We cannot ignore how society has transformed itself in more than half a century of cultural and social changes, between Pop and Rock culture, between the psychedelic movement and the 2000s.

Personally, as a daughter of the 90s, I grew up also at night, and by growing up I mean all the “formative” experiences that the night gave me. For me it is always normal to go out in the evening, often walking around the neighborhood, and on Saturdays looking for the best party, dancing until dawn, riding a motorbike or car to find the last open bar where to get the croissant or hot pizza, where to drink the last glass and smoke the last cigarette before dawn came. Perhaps from the 80s onwards, the night stopped frightening those who stayed at home (let’s not forget the jazz movement, anti-prohibitionism and even the Cursed Poets, all perfect night owls) and it has become the cradle where many personalities of society find the peace and comfort of other nighthawks.

Hopper’s contemporary realism

Nowadays Hopper’s painting reminds me of many scenes of real contemporary life, and makes me almost proud and in any case sympathetic, with the last three characters, who exchange a chat while the bartender cleans the bar to close a day and open another. Those nocturnes seek rest in the silence of the nocturnal company, meditate on their lives observing them through a glass and gather as a tribe of the night, accepting everyone and judging no one. It is no coincidence that in the most ancient ancestral civilizations such as the Indian one, the hour and a half before dawn is called Brahmamuhurta, or time of Brahma, the best time to devote oneself to meditation, prayer, study and introspection. In this space of time the energies are more acute, intense but of a calm, spiritual intensity.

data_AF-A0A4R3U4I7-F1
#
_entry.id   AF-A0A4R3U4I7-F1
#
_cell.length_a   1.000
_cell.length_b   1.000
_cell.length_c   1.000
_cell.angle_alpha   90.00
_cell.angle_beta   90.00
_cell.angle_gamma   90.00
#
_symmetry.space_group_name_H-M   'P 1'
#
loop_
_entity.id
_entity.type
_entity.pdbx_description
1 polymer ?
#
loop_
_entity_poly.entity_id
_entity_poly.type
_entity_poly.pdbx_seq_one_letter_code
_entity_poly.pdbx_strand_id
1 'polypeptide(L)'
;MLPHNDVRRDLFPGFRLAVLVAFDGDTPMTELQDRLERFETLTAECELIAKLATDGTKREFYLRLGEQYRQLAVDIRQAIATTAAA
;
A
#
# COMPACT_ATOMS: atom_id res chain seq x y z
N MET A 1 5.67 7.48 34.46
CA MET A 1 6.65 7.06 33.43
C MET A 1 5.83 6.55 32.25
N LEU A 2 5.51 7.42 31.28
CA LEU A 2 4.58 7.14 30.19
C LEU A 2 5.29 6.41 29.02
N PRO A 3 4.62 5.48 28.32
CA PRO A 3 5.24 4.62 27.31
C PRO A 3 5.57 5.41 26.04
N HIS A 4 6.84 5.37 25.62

I see no solitude or emptiness in Hopper’s painting; I found more among the gentrified streets of the night quarters, since even the right-thinking people started going out in the evening.

So that, even the oldest and most popular neighborhoods had to be transformed into consumer showcases; and the spontaneous aggregations of people in the square had to rearrange themselves in line, waiting for their turn; and the music of the drums on the side of the street was silenced by the police sirens. That scares me today, that the night is desnatured by its sacred timeless atmosphere, by its being a moment of aggregation for lone wolves, and becoming another uncover productive gear of the system, demanding clarity and respectability even from the darkest corners of the city.

Nighthawks Artwork

Author Details
Set builder, decorator and graphic designer. She loves looking at art and getting emotional.
Paola D'Andrea
Set builder, decorator and graphic designer. She loves looking at art and getting emotional.